Update: Fresh banking scandal over IRSA rate swap mis-selling

BRITAIN’S banks need a “real change in culture”, Bank of England governor Sir Mervyn King said today as the sector was rocked by yet another scandal.

Sir Mervyn’s comments came as Britain’s biggest lenders were embroiled in fresh controversy over rigging key interest rates, as well as further evidence of mis-selling, this time involving complex financial products sold to small business.

The governor ruled out a Leveson-style inquiry but hit out at the banks for “excessive levels of compensation, shoddy treatment of customers and a deceitful manipulation of one of the most important rates”.

The Financial Services Authority (FSA) revealed earlier that Barclays, HSBC, Royal Bank of Scotland and Lloyds Banking Group had agreed to pay compensation to customers who were mis-sold interest rate swaps.

The findings come after Barclays was fined �290 million by UK and US regulators for manipulating the rate at which banks lend to each other.

Discussing the deepening banking culture crisis, Sir Mervyn said: “There must be many people who work in the banking industry who know they are honest, hard-working and feel they have been let down by their colleagues and indeed their leaders.

“Everyone understands that something went very wrong with the UK banking industry and we need to put it right.”

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The latest scandal to stain the already tarnished record of the banking industry saw lenders pushing interest rate swaps on businesses that did not fully grasp the downside risks.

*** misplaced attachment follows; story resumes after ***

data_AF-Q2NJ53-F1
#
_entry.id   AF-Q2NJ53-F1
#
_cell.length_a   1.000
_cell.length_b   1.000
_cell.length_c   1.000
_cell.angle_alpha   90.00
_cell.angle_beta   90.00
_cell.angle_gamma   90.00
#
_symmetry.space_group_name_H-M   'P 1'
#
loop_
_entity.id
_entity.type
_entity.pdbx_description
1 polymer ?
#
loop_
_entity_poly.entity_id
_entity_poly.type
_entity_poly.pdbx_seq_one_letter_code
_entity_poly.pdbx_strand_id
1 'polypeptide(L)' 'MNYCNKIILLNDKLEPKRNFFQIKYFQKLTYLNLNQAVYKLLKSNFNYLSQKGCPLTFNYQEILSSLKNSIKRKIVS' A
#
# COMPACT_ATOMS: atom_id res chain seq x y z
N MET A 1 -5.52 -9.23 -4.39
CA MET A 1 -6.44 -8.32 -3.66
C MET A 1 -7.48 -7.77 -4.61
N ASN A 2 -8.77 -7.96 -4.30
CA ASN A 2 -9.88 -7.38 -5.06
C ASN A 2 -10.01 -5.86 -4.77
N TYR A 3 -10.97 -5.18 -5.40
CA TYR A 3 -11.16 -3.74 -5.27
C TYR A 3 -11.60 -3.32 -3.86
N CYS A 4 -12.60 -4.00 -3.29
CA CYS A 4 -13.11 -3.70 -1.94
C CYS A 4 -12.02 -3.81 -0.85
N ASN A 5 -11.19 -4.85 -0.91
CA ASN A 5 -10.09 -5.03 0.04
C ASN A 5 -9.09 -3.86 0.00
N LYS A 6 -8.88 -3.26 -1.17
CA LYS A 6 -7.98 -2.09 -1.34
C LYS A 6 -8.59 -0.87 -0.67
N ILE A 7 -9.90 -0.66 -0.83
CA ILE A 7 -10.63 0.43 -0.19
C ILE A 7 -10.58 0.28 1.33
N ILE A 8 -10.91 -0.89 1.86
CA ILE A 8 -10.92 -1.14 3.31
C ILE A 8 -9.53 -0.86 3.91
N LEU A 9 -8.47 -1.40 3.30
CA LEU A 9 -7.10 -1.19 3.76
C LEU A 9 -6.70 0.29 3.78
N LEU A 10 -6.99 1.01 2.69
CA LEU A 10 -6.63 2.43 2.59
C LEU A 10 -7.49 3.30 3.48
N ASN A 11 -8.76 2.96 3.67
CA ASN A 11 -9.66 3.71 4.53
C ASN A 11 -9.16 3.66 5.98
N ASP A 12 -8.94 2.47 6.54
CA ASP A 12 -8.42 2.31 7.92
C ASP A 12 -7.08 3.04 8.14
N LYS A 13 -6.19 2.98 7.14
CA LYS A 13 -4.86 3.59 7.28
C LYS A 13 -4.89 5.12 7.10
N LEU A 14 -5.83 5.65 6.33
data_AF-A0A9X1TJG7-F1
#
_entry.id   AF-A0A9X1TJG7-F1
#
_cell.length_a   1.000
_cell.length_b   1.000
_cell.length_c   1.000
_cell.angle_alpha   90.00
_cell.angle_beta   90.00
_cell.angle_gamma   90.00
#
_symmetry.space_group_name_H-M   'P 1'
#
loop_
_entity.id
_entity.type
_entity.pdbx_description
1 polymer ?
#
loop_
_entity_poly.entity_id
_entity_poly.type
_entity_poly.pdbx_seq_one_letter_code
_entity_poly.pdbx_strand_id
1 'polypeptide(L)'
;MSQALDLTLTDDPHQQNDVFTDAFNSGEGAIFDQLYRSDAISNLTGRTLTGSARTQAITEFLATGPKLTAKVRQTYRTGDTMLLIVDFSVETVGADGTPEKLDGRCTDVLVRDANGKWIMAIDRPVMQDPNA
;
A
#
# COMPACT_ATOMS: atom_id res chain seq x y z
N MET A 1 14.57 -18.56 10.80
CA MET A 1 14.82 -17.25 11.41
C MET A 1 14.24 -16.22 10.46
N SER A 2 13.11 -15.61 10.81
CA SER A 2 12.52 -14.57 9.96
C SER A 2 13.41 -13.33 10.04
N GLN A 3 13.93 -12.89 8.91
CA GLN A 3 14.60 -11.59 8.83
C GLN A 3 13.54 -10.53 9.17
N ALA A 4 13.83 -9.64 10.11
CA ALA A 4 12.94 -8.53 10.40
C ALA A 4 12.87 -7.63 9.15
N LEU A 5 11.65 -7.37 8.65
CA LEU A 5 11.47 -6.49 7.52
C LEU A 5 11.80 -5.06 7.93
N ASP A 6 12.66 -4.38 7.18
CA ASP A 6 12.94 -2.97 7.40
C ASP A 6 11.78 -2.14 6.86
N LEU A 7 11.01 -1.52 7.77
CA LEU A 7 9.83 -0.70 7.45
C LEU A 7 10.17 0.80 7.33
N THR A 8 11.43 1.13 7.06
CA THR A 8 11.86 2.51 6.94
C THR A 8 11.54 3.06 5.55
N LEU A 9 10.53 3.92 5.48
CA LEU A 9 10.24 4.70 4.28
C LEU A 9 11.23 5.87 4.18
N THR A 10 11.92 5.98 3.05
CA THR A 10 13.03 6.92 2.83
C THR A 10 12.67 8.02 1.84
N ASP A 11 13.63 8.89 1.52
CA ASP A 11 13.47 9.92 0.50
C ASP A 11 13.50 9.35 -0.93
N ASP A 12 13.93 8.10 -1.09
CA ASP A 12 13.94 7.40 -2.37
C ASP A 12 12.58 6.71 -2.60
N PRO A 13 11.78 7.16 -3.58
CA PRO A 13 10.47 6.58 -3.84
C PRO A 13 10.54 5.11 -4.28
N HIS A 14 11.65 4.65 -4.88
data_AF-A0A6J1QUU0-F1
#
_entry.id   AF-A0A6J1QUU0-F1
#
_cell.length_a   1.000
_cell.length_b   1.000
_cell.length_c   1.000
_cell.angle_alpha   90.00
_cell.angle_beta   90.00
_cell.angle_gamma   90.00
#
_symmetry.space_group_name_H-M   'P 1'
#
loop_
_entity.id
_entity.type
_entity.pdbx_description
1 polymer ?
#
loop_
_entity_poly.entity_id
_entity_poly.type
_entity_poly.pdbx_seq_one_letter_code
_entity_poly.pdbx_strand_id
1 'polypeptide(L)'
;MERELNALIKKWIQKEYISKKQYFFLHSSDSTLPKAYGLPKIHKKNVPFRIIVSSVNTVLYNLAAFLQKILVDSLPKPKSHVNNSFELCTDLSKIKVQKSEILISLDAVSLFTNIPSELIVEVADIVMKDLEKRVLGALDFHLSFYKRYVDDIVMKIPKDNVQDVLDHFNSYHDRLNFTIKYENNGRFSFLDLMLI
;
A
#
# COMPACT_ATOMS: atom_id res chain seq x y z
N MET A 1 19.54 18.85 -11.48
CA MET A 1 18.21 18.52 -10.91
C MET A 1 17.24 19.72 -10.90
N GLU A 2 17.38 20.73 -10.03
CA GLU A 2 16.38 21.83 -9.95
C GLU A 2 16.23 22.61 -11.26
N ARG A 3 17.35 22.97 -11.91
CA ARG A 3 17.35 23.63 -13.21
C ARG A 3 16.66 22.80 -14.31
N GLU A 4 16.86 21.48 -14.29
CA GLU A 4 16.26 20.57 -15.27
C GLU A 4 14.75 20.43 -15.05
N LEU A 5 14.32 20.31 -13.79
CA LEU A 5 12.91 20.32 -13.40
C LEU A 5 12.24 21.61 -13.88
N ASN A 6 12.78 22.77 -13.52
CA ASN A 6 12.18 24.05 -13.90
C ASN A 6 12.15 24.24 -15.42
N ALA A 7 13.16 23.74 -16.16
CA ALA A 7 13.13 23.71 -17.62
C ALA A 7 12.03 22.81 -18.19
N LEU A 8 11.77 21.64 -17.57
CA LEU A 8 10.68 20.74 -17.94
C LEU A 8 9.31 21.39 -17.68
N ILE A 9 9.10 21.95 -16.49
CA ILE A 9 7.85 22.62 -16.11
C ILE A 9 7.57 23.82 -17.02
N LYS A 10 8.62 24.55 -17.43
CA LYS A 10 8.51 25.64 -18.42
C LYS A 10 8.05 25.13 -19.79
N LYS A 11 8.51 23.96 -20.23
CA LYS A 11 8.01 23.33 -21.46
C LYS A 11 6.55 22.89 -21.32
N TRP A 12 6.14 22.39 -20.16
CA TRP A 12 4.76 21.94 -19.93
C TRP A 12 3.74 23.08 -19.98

Martin Wheatley, managing director of the FSA’s conduct business unit, said: “For many small businesses this has been a difficult and distressing experience with many people’s livelihoods affected.”

Swaps are complicated derivatives products that may have been sold as protection - or to act as a hedge - against a rise in interest rates without the customer fully grasping the downside risks.

Banks sold around 28,000 interest rate protection products to customers since 2001, the FSA added.

The affair echoes the payment protection insurance (PPI) mis-selling scandal that emerged last year, costing banks billions of pounds.

Meanwhile, banks are facing the threat of a criminal investigation over fixing the interbank lending figures that affect millions of homeowners and small firms.

The Treasury has started to look at strengthening criminal sanctions for those responsible for market abuse after the FSA exposed the dealings at Barclays on Wednesday.

Serious Fraud Office investigators are in talks with the FSA over the scandal while pressure is mounting on Barclays chief executive Bob Diamond to stand down.

Prime Minister David Cameron said it was very important that accountability for what went on “goes all the way to the top of that organisation” and that Mr Diamond had “some serious questions to answer”.

In a further blow, the Financial Times called directly on the senior banker, who it said was behind the bank’s “hard-driving culture”, to step down.